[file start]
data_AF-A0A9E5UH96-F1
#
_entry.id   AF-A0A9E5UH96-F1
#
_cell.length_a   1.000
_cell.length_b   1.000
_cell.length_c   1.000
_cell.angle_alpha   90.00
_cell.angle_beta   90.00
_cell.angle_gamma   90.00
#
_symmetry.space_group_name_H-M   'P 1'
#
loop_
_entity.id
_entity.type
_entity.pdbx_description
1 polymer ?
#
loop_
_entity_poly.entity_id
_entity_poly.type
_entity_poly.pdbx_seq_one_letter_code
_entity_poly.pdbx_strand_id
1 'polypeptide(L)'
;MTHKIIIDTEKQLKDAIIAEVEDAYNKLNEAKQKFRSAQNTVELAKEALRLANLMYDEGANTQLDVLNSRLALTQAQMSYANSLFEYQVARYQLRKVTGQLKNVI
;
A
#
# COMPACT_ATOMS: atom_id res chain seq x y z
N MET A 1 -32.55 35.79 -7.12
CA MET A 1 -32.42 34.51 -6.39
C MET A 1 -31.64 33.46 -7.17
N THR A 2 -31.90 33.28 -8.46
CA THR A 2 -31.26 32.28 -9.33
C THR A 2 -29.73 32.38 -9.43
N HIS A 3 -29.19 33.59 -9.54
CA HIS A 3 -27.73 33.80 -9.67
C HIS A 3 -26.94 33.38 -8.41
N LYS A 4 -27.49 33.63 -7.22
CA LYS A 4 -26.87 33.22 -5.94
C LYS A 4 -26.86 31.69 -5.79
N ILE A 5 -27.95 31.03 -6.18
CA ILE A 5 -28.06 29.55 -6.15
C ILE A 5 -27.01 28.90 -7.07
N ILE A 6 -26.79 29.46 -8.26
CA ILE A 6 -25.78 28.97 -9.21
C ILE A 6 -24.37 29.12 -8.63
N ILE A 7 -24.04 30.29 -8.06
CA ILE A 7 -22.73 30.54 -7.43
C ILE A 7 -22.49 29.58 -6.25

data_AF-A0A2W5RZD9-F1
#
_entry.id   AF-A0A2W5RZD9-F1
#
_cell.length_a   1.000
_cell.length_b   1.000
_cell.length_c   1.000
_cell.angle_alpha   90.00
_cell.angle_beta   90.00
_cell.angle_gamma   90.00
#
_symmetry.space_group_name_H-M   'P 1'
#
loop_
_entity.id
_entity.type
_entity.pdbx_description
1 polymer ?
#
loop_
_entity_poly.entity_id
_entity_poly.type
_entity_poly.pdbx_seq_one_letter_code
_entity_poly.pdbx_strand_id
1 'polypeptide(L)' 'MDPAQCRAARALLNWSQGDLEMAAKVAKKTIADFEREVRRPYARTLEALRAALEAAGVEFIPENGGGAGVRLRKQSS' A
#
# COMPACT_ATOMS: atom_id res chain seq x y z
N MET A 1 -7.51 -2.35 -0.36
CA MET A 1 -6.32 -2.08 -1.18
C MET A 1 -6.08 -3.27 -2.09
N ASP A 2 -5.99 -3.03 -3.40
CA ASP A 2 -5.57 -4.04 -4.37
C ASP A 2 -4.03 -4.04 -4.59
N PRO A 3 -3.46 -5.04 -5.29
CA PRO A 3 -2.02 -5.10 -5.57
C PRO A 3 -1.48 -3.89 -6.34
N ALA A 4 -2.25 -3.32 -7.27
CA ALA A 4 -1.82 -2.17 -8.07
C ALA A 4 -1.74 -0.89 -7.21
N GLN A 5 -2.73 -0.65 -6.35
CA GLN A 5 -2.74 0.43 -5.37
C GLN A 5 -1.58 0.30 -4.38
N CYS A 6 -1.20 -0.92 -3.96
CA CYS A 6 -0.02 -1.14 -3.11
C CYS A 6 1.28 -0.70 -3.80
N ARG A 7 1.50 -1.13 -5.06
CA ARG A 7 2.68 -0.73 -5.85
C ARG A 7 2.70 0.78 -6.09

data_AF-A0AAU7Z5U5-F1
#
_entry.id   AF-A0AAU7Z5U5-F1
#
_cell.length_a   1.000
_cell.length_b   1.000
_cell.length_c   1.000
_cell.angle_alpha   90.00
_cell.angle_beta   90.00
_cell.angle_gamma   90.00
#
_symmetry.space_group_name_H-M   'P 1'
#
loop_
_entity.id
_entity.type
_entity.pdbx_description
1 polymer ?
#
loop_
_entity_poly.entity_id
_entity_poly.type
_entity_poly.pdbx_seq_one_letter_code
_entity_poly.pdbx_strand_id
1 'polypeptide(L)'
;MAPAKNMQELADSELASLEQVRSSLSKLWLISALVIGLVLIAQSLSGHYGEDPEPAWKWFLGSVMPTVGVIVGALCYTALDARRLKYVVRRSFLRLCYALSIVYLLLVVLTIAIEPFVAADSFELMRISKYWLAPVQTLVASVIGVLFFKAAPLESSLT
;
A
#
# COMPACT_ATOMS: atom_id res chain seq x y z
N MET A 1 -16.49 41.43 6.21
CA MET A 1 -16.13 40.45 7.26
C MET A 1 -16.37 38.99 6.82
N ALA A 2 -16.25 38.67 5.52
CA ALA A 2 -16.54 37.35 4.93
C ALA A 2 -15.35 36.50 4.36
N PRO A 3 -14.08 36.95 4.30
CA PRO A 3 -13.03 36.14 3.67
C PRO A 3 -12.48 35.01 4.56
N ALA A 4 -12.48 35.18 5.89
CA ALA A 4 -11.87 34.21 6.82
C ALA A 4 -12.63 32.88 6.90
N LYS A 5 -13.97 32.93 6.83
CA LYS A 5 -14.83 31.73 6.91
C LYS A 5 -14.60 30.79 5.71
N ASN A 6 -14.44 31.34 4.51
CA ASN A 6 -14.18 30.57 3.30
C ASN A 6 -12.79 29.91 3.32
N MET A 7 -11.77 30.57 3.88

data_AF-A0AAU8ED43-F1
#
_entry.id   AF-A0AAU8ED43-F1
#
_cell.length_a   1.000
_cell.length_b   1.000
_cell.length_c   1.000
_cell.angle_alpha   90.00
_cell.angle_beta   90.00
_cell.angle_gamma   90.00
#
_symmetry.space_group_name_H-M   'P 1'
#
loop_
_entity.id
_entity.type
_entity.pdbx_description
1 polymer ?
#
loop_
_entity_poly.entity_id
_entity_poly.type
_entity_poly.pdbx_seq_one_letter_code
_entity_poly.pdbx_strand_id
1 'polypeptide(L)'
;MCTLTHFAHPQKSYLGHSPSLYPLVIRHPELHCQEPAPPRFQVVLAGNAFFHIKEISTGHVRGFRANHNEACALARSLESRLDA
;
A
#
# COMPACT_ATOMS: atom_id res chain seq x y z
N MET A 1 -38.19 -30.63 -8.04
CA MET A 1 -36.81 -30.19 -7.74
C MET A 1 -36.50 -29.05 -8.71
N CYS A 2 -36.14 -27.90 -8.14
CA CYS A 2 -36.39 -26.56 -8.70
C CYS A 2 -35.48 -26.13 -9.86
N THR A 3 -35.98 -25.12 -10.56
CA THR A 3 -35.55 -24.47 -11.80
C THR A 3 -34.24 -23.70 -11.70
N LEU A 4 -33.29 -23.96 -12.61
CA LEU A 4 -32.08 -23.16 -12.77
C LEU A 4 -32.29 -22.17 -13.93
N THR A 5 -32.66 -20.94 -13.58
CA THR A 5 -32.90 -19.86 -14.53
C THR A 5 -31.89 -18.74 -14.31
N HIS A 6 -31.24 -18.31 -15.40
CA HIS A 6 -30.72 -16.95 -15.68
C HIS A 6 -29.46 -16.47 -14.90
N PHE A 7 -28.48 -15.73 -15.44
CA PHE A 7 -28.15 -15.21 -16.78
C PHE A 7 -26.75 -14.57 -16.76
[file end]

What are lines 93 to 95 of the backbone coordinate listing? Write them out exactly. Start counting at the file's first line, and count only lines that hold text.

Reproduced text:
C GLN A 5 -1.58 0.30 -4.38
N CYS A 6 -1.20 -0.92 -3.96
CA CYS A 6 -0.02 -1.14 -3.11